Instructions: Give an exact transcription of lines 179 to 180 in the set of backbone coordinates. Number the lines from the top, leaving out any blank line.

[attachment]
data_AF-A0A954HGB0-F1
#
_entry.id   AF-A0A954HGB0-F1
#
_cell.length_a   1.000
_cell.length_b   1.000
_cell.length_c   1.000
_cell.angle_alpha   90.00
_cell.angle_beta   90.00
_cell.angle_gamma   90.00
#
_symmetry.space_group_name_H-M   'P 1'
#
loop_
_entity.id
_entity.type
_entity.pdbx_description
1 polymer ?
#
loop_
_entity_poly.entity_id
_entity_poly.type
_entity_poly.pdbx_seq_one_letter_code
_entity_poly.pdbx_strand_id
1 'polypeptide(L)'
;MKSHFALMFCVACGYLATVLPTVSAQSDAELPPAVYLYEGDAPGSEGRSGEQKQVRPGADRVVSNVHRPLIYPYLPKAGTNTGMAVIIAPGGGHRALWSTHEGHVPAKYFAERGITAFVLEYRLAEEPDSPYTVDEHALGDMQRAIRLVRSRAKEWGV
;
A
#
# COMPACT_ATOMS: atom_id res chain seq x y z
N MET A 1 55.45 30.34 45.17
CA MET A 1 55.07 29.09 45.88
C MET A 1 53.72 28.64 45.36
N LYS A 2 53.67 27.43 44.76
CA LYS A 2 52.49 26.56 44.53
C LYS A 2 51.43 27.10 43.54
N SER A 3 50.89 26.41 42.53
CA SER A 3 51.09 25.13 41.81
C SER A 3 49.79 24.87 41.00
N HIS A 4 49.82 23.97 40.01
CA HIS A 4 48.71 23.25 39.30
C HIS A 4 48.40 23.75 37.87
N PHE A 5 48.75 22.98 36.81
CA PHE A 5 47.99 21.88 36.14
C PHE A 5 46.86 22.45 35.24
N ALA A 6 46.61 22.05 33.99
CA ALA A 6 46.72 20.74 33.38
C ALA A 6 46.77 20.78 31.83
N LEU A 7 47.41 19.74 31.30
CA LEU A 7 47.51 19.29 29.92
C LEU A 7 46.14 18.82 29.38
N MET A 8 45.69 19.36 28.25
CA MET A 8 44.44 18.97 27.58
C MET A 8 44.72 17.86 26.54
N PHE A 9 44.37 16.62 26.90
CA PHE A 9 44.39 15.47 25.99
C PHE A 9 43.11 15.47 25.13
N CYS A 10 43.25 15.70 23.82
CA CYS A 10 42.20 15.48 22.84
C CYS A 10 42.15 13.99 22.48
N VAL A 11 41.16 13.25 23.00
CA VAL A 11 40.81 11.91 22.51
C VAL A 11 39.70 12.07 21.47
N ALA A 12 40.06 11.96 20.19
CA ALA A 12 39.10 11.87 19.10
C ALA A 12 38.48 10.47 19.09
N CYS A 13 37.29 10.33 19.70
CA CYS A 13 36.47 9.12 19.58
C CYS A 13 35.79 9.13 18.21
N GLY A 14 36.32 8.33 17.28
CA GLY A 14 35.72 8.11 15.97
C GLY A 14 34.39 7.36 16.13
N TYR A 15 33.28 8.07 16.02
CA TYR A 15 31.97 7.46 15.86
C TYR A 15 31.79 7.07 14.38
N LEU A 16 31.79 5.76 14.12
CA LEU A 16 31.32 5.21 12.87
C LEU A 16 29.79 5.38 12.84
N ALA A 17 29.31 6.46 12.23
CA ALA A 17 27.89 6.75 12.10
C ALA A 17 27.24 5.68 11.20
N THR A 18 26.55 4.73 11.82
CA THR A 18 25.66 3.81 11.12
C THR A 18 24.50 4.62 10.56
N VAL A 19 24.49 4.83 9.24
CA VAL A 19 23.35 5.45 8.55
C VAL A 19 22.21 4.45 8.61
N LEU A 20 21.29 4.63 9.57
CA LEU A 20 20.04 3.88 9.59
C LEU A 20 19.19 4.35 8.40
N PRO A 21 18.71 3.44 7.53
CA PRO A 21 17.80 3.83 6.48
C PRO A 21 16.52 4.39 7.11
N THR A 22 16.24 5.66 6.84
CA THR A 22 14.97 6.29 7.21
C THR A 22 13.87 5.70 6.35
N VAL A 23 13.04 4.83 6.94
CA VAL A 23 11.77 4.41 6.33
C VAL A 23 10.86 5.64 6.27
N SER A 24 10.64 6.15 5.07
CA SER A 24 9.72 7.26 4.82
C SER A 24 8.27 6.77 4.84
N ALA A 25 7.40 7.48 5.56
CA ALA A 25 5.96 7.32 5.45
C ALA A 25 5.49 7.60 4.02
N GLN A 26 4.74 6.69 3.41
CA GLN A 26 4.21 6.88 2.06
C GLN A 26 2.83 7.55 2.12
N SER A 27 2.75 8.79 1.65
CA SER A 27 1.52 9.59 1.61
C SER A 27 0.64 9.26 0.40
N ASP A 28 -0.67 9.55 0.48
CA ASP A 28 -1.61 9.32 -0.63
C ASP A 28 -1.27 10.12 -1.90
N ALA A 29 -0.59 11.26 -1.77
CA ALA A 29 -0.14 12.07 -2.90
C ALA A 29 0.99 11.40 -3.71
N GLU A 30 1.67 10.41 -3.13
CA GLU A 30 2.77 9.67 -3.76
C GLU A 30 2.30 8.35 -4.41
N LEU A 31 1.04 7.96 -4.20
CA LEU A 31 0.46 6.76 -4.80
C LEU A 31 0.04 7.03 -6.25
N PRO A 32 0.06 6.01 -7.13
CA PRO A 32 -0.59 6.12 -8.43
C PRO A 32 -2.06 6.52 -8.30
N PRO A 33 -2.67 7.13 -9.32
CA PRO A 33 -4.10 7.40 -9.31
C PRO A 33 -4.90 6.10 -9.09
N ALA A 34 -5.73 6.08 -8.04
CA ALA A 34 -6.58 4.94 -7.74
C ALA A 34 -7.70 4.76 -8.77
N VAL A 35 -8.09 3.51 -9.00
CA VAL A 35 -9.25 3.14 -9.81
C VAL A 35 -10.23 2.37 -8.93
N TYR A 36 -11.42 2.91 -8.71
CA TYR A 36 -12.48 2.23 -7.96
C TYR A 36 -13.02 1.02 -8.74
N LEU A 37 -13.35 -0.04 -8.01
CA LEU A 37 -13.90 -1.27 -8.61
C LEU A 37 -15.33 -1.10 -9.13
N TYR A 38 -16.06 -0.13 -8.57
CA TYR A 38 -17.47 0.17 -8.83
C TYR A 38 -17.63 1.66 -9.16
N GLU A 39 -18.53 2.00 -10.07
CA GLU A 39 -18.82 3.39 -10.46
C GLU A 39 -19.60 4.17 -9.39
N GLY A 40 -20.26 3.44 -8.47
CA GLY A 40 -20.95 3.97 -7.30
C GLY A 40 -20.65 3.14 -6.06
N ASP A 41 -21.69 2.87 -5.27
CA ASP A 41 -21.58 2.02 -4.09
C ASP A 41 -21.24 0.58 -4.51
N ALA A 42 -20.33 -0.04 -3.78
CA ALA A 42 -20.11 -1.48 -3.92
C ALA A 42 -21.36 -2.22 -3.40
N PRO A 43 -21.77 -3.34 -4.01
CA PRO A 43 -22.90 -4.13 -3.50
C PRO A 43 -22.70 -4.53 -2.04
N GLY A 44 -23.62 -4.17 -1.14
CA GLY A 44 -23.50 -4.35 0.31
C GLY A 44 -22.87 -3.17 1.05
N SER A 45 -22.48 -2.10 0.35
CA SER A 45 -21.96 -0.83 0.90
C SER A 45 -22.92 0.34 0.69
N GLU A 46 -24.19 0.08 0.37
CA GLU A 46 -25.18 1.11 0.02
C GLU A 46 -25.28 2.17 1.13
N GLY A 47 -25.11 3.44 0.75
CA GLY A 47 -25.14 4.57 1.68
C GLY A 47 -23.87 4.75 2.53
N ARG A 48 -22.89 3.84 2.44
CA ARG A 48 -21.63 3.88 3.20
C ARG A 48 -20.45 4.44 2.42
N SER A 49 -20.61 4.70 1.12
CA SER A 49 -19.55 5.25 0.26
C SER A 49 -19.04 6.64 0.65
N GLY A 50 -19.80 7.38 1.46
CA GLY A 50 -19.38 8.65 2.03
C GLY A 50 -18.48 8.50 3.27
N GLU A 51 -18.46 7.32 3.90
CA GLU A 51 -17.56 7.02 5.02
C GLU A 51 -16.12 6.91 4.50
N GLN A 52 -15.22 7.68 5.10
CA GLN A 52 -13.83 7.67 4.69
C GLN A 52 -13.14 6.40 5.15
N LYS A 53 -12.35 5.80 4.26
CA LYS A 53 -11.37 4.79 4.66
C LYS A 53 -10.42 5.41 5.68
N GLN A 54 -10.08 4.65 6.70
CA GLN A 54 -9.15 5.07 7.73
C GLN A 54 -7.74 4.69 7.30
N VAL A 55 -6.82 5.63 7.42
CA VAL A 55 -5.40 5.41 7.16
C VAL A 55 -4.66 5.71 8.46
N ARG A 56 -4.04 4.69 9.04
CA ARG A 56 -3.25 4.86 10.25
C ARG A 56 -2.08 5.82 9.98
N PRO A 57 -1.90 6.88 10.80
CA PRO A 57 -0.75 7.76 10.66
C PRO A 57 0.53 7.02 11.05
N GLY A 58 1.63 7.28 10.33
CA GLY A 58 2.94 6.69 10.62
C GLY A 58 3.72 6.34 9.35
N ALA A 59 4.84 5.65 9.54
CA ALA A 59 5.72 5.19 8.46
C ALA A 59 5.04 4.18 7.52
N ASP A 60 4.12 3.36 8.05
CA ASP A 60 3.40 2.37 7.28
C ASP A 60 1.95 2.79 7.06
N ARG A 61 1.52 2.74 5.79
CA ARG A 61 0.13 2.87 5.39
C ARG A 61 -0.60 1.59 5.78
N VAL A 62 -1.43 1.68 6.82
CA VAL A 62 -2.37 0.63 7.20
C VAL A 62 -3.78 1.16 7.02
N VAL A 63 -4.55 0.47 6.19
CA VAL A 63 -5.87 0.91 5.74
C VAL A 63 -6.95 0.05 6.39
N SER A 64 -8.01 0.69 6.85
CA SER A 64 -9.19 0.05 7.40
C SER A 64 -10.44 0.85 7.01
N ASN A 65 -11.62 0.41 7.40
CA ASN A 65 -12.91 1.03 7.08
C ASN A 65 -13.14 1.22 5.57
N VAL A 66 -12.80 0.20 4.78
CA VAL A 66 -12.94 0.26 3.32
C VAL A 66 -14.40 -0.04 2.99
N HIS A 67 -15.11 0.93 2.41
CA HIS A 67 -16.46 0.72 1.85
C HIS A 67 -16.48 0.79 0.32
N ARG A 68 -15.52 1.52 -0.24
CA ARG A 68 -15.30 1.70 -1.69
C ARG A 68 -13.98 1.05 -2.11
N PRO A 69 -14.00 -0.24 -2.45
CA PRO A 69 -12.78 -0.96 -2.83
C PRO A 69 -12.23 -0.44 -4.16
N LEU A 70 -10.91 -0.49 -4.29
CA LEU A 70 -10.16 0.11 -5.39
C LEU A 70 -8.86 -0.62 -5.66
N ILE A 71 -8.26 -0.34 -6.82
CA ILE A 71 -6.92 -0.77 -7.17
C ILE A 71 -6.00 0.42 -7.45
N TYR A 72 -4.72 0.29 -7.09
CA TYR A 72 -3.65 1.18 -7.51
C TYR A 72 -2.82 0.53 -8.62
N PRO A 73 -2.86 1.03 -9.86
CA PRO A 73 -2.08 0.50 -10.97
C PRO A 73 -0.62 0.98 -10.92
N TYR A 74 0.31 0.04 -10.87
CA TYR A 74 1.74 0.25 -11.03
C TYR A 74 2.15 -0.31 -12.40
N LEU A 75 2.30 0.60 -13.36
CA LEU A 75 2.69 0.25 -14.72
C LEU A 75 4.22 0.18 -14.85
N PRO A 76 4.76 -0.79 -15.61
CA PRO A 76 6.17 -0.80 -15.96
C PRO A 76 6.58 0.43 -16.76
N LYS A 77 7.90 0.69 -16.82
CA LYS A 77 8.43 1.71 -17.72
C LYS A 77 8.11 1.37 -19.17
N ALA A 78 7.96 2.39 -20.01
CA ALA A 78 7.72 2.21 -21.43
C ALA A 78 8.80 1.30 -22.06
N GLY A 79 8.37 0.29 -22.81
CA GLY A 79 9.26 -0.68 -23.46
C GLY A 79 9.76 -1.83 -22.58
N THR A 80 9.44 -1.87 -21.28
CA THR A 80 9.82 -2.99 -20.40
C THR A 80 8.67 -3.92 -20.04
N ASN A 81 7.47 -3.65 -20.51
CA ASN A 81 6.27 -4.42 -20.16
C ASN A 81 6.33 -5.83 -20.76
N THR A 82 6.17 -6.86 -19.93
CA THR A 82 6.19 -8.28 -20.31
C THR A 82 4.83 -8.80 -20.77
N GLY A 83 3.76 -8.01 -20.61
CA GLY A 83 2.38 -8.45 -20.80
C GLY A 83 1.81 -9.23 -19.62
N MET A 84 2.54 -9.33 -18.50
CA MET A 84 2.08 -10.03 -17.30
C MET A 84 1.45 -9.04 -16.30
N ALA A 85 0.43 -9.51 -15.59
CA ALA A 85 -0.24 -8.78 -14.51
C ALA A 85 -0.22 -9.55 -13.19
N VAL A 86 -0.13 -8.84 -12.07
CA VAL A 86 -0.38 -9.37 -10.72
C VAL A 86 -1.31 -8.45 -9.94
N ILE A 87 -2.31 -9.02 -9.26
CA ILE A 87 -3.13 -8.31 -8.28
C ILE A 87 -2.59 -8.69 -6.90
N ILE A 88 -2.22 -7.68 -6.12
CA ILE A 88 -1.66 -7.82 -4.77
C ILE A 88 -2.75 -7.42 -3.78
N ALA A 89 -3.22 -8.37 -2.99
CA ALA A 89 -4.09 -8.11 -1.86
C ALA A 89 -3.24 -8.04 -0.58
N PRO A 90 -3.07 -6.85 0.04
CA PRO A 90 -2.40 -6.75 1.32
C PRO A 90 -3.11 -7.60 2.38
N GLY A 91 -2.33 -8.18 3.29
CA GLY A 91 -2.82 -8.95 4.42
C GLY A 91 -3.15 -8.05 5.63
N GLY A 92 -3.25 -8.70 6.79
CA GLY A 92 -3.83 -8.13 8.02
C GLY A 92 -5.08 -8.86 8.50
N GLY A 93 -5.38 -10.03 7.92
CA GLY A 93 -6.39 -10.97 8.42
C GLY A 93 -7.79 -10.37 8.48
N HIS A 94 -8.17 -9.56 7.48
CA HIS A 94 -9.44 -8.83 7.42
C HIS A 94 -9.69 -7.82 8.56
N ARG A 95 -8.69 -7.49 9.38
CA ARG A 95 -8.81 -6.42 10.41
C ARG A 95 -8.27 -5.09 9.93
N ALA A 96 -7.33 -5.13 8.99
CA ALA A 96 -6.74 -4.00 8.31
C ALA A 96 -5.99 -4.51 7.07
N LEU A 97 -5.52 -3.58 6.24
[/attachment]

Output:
CA GLY A 50 -19.38 8.65 2.03
C GLY A 50 -18.48 8.50 3.27